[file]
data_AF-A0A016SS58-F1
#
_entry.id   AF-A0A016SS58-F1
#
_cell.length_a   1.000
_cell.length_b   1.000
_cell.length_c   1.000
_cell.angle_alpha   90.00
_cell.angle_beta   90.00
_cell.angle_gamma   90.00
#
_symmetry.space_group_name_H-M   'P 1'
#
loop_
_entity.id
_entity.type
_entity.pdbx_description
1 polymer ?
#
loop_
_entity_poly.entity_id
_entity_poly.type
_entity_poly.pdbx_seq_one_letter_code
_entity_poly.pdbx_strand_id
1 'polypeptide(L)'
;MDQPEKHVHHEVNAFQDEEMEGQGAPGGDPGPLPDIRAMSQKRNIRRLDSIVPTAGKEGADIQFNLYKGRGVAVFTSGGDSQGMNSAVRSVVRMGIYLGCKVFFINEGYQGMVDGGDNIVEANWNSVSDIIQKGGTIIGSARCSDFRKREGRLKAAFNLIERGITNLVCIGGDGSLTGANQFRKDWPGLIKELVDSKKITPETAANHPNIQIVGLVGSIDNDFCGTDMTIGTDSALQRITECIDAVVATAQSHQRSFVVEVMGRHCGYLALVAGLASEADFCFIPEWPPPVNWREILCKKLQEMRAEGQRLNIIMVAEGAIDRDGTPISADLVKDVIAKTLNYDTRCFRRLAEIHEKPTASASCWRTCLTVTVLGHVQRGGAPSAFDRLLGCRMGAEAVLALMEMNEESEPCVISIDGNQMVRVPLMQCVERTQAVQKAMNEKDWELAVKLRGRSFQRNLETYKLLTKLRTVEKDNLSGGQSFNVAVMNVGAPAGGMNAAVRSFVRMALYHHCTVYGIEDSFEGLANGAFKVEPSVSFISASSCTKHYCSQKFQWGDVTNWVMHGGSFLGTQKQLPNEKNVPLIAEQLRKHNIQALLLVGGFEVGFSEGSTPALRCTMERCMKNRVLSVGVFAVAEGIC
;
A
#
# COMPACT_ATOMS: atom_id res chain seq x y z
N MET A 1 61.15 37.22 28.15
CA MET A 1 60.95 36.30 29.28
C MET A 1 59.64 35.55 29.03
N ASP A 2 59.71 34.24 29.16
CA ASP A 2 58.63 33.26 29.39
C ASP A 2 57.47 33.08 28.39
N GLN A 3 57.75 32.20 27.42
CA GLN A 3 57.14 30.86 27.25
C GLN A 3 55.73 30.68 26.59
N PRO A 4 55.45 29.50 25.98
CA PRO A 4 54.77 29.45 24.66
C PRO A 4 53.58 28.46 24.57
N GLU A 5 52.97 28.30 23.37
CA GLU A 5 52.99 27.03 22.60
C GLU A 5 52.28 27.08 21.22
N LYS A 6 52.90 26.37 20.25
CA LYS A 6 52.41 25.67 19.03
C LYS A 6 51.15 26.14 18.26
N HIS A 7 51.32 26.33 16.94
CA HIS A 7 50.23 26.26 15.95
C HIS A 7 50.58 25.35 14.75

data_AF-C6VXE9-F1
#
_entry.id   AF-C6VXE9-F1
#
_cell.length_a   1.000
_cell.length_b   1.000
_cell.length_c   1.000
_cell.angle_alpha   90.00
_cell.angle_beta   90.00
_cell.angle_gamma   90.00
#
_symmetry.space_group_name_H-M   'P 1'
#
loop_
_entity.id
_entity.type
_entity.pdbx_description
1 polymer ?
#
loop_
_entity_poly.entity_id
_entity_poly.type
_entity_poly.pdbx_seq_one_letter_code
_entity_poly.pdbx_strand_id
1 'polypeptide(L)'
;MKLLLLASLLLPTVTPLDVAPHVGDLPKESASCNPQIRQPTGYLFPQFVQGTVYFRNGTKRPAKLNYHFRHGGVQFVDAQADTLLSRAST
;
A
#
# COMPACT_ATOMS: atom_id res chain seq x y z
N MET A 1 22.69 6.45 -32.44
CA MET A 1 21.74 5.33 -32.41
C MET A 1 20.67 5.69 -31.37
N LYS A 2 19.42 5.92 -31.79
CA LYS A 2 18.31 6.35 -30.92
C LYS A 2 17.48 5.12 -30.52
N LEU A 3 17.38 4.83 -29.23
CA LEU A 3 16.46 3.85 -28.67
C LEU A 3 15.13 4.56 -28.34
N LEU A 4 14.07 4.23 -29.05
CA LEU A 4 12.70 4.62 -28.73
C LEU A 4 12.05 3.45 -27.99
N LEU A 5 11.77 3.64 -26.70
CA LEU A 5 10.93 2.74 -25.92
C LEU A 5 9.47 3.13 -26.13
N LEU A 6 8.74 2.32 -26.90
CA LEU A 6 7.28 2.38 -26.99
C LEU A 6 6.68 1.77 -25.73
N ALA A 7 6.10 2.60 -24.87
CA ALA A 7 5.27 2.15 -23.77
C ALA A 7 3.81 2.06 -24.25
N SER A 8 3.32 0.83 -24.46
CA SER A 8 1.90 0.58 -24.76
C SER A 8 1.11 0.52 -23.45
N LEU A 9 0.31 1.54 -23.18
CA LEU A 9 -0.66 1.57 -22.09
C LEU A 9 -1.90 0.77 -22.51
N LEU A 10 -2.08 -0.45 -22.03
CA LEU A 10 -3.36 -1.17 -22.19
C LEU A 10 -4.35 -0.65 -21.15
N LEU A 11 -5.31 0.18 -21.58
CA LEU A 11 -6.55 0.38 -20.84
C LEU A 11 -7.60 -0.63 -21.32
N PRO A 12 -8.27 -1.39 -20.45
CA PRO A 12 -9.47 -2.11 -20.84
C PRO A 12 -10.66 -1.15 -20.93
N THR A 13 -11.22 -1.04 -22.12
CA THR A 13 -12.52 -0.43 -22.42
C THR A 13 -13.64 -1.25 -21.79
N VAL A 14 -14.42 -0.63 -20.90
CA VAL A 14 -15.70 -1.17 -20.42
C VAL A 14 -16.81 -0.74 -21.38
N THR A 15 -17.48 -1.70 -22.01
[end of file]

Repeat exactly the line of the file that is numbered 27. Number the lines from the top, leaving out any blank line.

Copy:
;